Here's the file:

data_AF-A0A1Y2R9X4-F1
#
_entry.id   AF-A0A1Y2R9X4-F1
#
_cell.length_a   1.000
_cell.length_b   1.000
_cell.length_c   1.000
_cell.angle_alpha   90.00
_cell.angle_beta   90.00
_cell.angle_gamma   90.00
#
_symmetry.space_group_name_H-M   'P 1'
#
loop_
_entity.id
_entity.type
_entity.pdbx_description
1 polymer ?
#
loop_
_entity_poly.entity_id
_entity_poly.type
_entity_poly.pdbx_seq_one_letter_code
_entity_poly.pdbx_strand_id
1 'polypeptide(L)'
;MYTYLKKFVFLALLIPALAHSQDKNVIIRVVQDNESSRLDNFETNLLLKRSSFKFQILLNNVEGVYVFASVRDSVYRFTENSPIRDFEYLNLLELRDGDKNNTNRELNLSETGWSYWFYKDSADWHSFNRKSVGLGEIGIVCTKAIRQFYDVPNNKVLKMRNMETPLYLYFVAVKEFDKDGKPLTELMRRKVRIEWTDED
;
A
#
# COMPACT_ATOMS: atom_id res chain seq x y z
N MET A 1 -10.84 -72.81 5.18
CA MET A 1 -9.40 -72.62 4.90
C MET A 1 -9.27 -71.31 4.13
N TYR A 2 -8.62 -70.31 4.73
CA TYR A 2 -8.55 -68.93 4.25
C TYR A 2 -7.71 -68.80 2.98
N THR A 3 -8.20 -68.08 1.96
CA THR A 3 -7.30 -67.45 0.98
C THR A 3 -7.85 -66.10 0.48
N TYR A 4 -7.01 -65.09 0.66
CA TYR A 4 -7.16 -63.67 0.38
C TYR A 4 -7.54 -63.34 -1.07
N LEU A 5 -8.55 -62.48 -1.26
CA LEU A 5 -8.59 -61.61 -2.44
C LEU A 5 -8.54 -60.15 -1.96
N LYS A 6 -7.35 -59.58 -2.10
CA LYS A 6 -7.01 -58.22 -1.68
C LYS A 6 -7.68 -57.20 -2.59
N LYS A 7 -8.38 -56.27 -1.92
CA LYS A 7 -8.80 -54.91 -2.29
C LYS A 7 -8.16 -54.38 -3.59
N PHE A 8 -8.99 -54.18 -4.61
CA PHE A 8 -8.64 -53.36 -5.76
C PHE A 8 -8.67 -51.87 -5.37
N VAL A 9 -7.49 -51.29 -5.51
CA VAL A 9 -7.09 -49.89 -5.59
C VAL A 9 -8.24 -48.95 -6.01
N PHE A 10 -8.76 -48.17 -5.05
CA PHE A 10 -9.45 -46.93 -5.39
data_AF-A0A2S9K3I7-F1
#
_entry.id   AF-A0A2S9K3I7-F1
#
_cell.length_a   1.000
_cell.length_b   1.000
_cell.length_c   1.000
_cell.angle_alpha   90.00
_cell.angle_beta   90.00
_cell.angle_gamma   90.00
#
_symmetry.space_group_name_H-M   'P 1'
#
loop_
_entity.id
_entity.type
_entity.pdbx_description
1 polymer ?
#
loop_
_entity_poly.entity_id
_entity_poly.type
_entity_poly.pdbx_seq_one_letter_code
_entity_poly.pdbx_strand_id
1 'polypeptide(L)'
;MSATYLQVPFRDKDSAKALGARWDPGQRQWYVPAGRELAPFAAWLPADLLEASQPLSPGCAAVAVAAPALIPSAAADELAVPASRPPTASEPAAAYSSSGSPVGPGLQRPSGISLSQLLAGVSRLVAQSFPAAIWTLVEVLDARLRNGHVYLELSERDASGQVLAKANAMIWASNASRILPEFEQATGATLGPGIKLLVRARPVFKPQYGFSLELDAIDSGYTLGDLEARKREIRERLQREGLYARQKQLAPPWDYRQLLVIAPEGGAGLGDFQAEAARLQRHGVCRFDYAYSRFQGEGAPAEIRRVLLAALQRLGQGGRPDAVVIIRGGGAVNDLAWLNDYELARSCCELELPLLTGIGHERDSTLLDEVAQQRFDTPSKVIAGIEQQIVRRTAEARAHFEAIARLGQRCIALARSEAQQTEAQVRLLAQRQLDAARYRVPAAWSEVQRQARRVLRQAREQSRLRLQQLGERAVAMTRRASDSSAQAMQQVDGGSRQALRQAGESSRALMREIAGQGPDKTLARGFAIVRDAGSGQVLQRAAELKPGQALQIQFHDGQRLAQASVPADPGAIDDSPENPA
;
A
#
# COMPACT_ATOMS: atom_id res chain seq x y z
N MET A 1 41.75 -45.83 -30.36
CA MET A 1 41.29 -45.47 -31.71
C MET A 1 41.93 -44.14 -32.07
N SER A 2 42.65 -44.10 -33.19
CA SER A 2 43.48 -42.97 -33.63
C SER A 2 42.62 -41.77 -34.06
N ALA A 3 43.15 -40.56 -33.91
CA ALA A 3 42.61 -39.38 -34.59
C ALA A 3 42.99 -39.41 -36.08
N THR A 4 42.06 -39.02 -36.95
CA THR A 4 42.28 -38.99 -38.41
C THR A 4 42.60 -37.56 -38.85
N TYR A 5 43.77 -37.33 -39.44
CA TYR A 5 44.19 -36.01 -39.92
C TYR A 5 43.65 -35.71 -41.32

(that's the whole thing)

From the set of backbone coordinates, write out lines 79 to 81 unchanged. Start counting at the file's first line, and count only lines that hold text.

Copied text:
loop_
_entity_poly.entity_id
_entity_poly.type